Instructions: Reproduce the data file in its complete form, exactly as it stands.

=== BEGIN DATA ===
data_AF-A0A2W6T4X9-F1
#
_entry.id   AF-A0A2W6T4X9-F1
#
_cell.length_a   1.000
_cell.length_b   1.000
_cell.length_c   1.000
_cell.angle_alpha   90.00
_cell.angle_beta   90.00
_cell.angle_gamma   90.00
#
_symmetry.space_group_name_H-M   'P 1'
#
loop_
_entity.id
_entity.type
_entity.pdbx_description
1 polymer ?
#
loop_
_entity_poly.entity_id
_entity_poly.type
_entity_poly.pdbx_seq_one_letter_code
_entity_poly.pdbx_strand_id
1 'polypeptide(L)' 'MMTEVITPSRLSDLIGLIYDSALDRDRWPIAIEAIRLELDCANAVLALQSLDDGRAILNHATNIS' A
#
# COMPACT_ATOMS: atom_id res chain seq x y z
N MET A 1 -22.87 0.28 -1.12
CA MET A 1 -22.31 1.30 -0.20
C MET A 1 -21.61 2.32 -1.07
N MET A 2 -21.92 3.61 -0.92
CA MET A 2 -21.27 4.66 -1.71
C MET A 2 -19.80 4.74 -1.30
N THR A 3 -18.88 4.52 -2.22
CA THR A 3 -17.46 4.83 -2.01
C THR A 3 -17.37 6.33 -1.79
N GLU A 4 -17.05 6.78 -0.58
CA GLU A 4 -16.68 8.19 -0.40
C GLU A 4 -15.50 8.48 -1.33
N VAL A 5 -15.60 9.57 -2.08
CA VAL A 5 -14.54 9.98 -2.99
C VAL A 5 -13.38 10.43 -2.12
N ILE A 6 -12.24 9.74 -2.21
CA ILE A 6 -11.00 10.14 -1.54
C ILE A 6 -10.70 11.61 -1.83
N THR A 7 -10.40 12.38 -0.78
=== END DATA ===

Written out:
data_AF-A0A2W6T4X9-F1
#
_entry.id   AF-A0A2W6T4X9-F1
#
_cell.length_a   1.000
_cell.length_b   1.000
_cell.length_c   1.000
_cell.angle_alpha   90.00
_cell.angle_beta   90.00
_cell.angle_gamma   90.00
#
_symmetry.space_group_name_H-M   'P 1'
#
loop_
_entity.id
_entity.type
_entity.pdbx_description
1 polymer ?
#
loop_
_entity_poly.entity_id
_entity_poly.type
_entity_poly.pdbx_seq_one_letter_code
_entity_poly.pdbx_strand_id
1 'polypeptide(L)' 'MMTEVITPSRLSDLIGLIYDSALDRDRWPIAIEAIRLELDCANAVLALQSLDDGRAILNHATNIS' A
#
# COMPACT_ATOMS: atom_id res chain seq x y z
N MET A 1 -22.87 0.28 -1.12
CA MET A 1 -22.31 1.30 -0.20
C MET A 1 -21.61 2.32 -1.07
N MET A 2 -21.92 3.61 -0.92
CA MET A 2 -21.27 4.66 -1.71
C MET A 2 -19.80 4.74 -1.30
N THR A 3 -18.88 4.52 -2.22
CA THR A 3 -17.46 4.83 -2.01
C THR A 3 -17.37 6.33 -1.79
N GLU A 4 -17.05 6.78 -0.58
CA GLU A 4 -16.68 8.19 -0.40
C GLU A 4 -15.50 8.48 -1.33
N VAL A 5 -15.60 9.57 -2.08
CA VAL A 5 -14.54 9.98 -2.99
C VAL A 5 -13.38 10.43 -2.12
N ILE A 6 -12.24 9.74 -2.21
CA ILE A 6 -11.00 10.14 -1.54
C ILE A 6 -10.70 11.61 -1.83
N THR A 7 -10.40 12.38 -0.78